Initial REC projects include an autonomous harvester being developed with New Holland North America Inc.; an autonomous excavator under development with Caterpillar Corp.; and Nomad, aprototype lunar rover being developed at Carnegie Mellon's Robotics Institute for LunaCorp of Arlington, VA. LunaCorp plans to send one of these rovers to the Moonso it can be teleoperated from Earth at sites in amusement parks--and used for scientific exploration.

The REC requires equal participation by government and industry, and NASA ultimately expects it to be self-sustaining. In addition, the REC has attracted $10 million in matching funds from the city of Pittsburgh and the state of Pennsylvania, and more than $10 million in corporate sponsorship from Caterpillar, New Holland, Silicon Graphics, LunaCorp, Deneb, Joy Manufacturing, and Heister Corp. Ford, the Children's Hospital at Pittsburgh, and Boeing Helicopters are ex-pected to soon be on boardas well.

Electronic modeling helps Airbus cut design time

Filton-in-Bristol, UK--At Airbus Industrie, a simple modeling benchmark led toa three-month evaluation pilot program to demonstrate the benefits of Computervision's (Bedford, MA) Electronic Product Definition (EPD)--both for derivative designs and totally new, ground-up projects.

For the ground-up program, Computervision software helped a Design-Build team create an EPD of a small aircraft wing. To model a multi-site design process, the evaluation took place at sites in Filton-in-Bristol and Chester, England.

Optegra lifecycle data-management software was the primary EPD infrastructure in the pilot. The software groups product-structure components in a tree-like hierarchy that lets users select a component and view all related components or relevant in-formation about that component. Also, Optegra's TCP/IP-based Network Services feature enabled engineers at both test sites to access design information stored in the Filton-based Op-tegra "vault."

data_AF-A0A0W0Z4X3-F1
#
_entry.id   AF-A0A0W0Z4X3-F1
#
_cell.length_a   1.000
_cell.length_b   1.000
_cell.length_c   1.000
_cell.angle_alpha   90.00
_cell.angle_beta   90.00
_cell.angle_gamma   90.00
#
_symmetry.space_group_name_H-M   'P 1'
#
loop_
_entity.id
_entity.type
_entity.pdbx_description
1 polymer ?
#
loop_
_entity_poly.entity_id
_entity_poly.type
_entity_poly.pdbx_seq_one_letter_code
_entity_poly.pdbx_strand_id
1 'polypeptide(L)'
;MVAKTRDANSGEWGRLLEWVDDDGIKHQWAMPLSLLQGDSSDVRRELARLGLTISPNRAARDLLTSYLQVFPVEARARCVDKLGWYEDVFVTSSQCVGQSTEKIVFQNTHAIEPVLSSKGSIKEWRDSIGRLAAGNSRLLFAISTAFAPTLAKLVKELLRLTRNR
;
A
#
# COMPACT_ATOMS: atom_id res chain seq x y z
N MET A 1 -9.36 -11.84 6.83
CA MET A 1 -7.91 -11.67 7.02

The CAMU (Concurrent Assembly and Mock-Up) digitalpre-assembly engine allowed a cross-functional team to perform in-terference checking and similar tests via a digital prototype rather than a physical prototype.

Hybrid modeling was also an important part of the project. CADDS 5 parametric modeling was used for the complex design of a 100-ft spar that required hundreds of "pockets" cut at strategic points in the material to reduce weight. Explicit modeling was used for wing skin and routed systems, en-abling engineers to more easily regenerate components to fit wing-skin modifications.

After the pilot project, Airbus determined that it could improve its price/performance by 30 percent, and re-duce average new-aircraft lead time from four years to two-and-a-half years. The project's final result: Airbus standardized its CAD, assembly, data management, and manufacturing tasks on a single architecture that will supply an EPD across all three of its partners.